Sarah Short Circuit

Heal, Nourish, Nurture

Click

I am about to listen to another speaker at the MINDD Forum 2015. A gentleman stands up and starts clicking his pen as he speaks. He continues to click and click and CLICK! I become irritated with all that clicking not being able to fully focus on what he is saying. Why won’t he just stop that infuriating click?

Dr Frank Golick pauses and asks “Who in the room is finding this clicking noise annoying?” Now you have my attention. Dr Golik proceeds with his talk on ‘Pyrroles: Mental Health impacts’ and as I sit there having never heard of pyrolles before it clicks. It is like Dr Golik is describing me and my health issues right back to high school.

Symptoms that I could relate to include:

  • stress intolerance
  • high irritability and mood swings
  • morning nausea which is aggravated by smells and taste (since high school for me)
  • tendency to skip or delay breakfast (I have always tended to do this)
  • difficultly taking supplements in the morning (always make me gag)
  • dry skin
  • little dream recall
  • white spots on nails (this is due to Zinc deficiency not Calcium as we all think)
  • stretch marks (who doesn’t have these especially after becoming a mother)
  • poor wound healing
  • anxiety and inner tension
  • headaches and migraines
  • tendency to stay up late (I have never been a morning person)
  • sensitive to bright lights, loud noises and smells (why I the clicking irritated me!)

There are other symptoms and traits of pyrolles though I have ticked the majority of the boxes. We all produce pyrolles, though some of us have an excess. This excess binds to vitamins B6 and zinc as well as other vitamins including manganese and B3 and leads to over excretion of these nutrients in the urine and a potential nutrient deficiency. This leads me back to my initial thoughts of nutrient deficiency triggering my postpartum psychosis.

Dr Golik continues his talk relating the symptoms and traits of pyrolles to conditions including schizophrenia, bipolar and depression. As he discussing these Pyrolle Disorder Biotypes a name keeps popping up: Dr William Walsh. Dr Walsh has a book Nutrient Power:  Heal Your Biochemistry and Heal Your Brain on the power of nutrients on mental function.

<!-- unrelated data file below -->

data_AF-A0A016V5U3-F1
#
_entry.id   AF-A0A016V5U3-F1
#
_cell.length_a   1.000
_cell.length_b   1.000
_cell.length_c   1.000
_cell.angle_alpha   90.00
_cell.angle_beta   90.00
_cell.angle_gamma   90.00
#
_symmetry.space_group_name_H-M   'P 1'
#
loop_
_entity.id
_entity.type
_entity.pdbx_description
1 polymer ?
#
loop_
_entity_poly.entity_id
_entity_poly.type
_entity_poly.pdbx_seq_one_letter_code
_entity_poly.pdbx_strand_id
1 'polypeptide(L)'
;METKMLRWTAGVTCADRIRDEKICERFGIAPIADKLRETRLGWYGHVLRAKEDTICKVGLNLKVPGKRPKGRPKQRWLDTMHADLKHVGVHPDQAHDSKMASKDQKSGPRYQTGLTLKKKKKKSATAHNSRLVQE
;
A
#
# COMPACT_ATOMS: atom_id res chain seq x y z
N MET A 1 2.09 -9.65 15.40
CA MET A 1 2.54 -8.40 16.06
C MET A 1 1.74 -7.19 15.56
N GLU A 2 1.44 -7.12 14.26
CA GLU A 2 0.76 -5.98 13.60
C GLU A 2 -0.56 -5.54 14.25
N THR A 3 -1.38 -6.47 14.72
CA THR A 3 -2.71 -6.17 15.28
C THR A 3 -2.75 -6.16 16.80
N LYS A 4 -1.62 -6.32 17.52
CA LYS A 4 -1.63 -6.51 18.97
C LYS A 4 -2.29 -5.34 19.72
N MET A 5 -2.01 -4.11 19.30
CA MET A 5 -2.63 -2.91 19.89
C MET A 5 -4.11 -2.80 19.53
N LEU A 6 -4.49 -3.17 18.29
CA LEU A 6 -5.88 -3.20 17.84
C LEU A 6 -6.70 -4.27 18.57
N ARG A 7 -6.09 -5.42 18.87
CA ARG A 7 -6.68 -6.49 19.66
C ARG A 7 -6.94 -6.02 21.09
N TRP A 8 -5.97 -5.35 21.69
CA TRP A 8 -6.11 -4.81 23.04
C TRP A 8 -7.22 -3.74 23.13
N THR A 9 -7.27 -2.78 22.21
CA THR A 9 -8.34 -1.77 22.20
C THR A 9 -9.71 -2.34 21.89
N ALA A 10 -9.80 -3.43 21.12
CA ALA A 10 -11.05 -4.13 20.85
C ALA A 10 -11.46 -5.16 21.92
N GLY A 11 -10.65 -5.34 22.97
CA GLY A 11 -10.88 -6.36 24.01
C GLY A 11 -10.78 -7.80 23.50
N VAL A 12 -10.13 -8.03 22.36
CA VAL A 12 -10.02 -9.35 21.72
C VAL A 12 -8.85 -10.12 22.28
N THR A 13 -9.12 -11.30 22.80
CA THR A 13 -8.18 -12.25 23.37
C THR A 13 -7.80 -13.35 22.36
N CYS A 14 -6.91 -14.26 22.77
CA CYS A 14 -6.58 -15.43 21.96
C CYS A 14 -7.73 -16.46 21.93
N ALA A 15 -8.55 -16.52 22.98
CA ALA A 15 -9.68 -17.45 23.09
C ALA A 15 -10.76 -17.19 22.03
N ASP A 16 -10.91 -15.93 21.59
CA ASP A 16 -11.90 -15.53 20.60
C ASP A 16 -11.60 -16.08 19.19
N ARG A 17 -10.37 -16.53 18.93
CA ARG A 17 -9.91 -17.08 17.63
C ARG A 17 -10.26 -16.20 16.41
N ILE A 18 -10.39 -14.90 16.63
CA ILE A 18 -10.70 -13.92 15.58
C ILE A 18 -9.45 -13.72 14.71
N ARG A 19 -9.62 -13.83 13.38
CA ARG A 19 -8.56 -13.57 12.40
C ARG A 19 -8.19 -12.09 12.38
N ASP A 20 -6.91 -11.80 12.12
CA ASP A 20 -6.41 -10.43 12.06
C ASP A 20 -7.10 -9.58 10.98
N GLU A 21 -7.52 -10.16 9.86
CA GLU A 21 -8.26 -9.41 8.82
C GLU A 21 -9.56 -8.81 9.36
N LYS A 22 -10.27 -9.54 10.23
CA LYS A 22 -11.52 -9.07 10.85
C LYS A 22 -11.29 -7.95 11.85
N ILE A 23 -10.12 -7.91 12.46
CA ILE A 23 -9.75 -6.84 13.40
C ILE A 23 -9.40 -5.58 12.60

Looking into this further I look up the Walsh Research Institute to find a practitioner to get tested…

Further Information

A Quirky Journey 53: Pyroluria with Jules Galloway ND

The Low Tox Life Podcast #18: Jules Galloway – Is Pyrroles the key to you feeling better?

Functional Nutrition Academy Feb 2017 Intake

Pharmacological Lactation Suppression

Contemporary models of severe psychotic forms of mental illness assume it is triggered by dysregulation of dopamine, i.e. chemical imbalance, arising from adverse interaction of predisposing risk genes and environmental factors. All successful antipsychotic agents have the ability to act as a D2 receptor antagonist (dopamine inhibitor), raising the question as to whether those with have or at risk of psychosis are susceptible to onset or exacerbation of psychosis when prescribed D2 agonists (dopamine activator).

Early postnatal period is a time of high risk for psychosis. The underlying pathophysiological mechanisms of postpartum psychosis are poor understood.

FDA recommends against the practice of prescribing D2 agonists (activator) due to longstanding evidence about cardiovascular disease and neurological risks.